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Recursive File List (G Dataflow)

Last Modified: April 3, 2017

Searches a folder recursively and lists the contents of the folder.

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folder

Path to the folder whose contents you want this node to return.

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continue recursing on error

A Boolean value that specifies whether to continue recursing directories if an error occurs.

True This node continues recursing directory contents after the error occurs.
False This node stops recursing directory contents when the error occurs.

Default: False

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error in

Error conditions that occur before this node runs.

The node responds to this input according to standard error behavior.

Standard Error Behavior

Many nodes provide an error in input and an error out output so that the node can respond to and communicate errors that occur while code is running. The value of error in specifies whether an error occurred before the node runs. Most nodes respond to values of error in in a standard, predictable way.

error in does not contain an error error in contains an error
If no error occurred before the node runs, the node begins execution normally.

If no error occurs while the node runs, it returns no error. If an error does occur while the node runs, it returns that error information as error out.

If an error occurred before the node runs, the node does not execute. Instead, it returns the error in value as error out.

Default: No error

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pattern

Pattern for which you want to search the files in the specified directory. Use regular expression special characters to specify the pattern.

Definitions of Special Characters

Special Character Description Examples
. (period) Matches any single character except a newline character. Within square brackets, . is literal.

Input String: Welcome to LabVIEW.

Regular Expression: t....

Match: to La

If you use [z.] as the regular expression, the period is literal and matches either . or z. In this example, [z.] returns . as the match.

* Marks the single preceding character or character class as one that can appear zero or more times in the input. Because an asterisk can mark a pattern as one that appears zero times, regular expressions that include an asterisk can return an empty string if the whole pattern is marked with an asterisk. This quantifier applies to as many characters as possible.

Input String: Hello LabVIEW!

Regular Expression: el*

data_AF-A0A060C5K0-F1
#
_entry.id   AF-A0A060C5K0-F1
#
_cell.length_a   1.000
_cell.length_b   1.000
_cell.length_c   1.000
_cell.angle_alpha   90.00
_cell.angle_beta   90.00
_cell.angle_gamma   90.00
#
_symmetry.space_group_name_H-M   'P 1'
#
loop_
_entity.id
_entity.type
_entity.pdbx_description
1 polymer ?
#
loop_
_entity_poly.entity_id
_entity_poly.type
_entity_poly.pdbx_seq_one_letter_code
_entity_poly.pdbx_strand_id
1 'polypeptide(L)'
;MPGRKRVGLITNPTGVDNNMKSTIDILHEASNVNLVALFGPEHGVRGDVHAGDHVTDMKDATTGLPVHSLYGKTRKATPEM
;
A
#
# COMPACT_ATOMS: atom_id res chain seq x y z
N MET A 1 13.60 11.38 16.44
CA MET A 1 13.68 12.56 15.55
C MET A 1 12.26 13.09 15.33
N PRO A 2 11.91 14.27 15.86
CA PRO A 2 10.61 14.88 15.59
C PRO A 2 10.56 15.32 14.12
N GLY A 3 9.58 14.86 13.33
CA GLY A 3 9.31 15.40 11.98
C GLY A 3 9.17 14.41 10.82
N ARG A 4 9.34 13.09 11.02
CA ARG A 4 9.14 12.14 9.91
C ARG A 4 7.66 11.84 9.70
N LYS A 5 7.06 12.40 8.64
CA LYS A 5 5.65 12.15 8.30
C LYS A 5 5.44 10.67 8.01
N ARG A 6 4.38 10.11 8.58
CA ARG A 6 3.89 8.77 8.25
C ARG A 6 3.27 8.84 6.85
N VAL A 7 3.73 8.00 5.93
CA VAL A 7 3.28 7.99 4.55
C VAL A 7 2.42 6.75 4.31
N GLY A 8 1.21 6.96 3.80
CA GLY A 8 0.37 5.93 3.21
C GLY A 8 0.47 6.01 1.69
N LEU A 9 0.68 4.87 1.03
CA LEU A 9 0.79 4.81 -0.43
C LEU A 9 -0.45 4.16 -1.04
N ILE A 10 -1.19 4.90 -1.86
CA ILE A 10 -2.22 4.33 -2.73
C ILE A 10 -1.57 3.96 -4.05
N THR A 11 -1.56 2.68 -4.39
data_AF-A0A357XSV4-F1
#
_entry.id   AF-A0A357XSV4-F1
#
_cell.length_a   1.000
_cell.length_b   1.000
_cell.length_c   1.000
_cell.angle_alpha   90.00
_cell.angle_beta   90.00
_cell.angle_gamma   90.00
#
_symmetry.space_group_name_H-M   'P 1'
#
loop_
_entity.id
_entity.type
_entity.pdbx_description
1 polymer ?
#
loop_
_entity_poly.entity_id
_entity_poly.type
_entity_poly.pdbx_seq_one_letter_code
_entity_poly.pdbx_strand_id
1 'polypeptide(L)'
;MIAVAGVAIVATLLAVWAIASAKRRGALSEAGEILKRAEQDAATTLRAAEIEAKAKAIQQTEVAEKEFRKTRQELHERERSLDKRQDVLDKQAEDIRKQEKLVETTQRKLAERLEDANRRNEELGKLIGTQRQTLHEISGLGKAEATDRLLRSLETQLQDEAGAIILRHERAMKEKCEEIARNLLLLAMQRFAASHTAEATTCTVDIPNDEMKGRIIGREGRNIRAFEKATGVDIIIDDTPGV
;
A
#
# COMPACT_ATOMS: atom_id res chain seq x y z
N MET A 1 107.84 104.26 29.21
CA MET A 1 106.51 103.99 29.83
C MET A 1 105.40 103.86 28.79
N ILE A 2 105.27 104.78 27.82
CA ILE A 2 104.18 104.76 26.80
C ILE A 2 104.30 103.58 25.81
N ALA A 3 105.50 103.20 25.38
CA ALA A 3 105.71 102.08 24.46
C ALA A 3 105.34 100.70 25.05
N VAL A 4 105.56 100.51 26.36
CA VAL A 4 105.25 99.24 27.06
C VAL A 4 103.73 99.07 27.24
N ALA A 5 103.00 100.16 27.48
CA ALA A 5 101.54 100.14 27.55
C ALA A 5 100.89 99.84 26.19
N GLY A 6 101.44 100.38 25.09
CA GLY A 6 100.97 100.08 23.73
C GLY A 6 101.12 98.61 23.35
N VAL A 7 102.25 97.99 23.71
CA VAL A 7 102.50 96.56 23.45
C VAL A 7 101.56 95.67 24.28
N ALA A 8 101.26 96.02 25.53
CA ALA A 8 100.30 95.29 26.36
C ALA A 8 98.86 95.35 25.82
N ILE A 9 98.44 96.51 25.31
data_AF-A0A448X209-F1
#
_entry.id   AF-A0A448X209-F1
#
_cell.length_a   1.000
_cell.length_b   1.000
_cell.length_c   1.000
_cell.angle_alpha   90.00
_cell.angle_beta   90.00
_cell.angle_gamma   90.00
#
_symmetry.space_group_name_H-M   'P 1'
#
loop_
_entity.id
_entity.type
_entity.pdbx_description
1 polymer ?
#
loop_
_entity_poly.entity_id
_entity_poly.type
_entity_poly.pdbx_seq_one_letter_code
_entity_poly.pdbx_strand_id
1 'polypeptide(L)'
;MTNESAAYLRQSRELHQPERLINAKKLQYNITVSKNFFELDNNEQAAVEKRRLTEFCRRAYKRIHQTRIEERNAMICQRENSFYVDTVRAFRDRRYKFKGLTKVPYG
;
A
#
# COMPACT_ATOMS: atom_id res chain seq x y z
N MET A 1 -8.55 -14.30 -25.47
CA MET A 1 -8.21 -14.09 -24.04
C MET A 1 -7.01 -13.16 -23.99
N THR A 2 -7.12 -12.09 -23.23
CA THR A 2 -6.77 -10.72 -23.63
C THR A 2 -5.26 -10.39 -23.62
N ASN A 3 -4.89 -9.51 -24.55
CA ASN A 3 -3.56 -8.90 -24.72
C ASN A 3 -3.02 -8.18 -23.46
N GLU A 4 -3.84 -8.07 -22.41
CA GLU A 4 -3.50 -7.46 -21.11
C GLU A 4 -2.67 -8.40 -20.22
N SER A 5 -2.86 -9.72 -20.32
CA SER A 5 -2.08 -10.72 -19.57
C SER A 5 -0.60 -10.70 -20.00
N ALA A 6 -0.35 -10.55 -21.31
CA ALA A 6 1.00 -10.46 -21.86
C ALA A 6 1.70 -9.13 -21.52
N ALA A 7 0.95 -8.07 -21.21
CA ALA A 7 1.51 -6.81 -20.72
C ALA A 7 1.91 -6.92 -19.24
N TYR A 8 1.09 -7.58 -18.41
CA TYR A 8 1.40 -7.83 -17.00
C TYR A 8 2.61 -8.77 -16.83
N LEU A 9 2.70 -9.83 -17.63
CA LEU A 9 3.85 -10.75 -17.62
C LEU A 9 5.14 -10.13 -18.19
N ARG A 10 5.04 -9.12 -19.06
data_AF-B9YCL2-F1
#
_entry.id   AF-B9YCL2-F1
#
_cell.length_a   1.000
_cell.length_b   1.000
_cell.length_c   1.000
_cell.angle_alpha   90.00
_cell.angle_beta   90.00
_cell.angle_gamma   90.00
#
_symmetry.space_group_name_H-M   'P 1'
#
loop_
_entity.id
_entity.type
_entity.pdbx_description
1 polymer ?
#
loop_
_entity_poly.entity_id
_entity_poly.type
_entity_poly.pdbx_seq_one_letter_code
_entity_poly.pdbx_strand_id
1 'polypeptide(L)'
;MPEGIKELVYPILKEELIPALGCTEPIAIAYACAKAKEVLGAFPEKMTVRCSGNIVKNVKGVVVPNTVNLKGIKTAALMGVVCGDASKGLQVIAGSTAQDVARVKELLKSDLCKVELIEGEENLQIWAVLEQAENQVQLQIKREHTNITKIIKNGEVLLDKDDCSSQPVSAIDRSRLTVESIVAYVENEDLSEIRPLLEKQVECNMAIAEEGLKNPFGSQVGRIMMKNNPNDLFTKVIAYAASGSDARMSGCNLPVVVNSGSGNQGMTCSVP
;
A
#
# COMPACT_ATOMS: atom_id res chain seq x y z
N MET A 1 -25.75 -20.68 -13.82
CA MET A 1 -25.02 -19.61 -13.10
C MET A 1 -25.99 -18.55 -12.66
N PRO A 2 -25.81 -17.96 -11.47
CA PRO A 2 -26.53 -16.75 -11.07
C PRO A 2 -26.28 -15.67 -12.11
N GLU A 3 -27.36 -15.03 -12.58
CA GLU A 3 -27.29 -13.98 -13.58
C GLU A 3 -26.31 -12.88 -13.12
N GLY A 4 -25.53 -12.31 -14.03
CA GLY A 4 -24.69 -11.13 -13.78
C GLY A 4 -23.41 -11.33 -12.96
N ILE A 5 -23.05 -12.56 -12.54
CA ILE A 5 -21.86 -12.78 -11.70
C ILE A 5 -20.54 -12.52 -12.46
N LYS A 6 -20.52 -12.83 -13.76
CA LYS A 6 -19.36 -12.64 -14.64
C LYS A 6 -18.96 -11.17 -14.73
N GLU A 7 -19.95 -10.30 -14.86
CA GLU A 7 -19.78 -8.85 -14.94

Match: ell

Expressions such as w* or (welcome)* match an empty string if the node finds no other matches.

+ Marks the single preceding character or character class as one that can appear one or more times in the input. This quantifier applies to as many characters as possible.

Input String: Hello LabVIEW!

Regular Expression: el+

Match: ell

? Marks the single preceding character or character class as one that can appear zero or one time in the input. This quantifier applies to as many characters as possible.

Input String: Hello LabVIEW!

Regular Expression: el?

Match: el

[] Creates a character class, which allows you to match any one of a set of characters that you specify. For example, [abc] matches a, b, or c. This node interprets special characters inside square brackets literally, with the following exceptions:
  • - (dash)—Indicates a range when used between digits, or lowercase or uppercase letters; for example, [0-5], [a-g], or [L-Q].
  • ~—Matches any character, including non-displayable characters, except for the characters or range of characters in brackets. For example, [~0-9] matches any character other than 0 through 9.
  • ^—Matches any displayable character, including the space character, except the characters or range of characters enclosed in the brackets. For example, [^0-9] matches all displayable characters, including the space character, except 0 through 9.

Input String: version=14.0.1

Regular Expression: [0-9]+\.[0-9]+\.[0-9]+

Match: 14.0.1

The expression [0-9] matches any digit. The plus sign matches the previous character class, [0-9], one or more times but as many times as possible. The expression \. matches a literal . character. The plus sign matches the previous character class, [0-9], one or more times but matches as many times as possible. You can use this regular expression to match a three-part version number.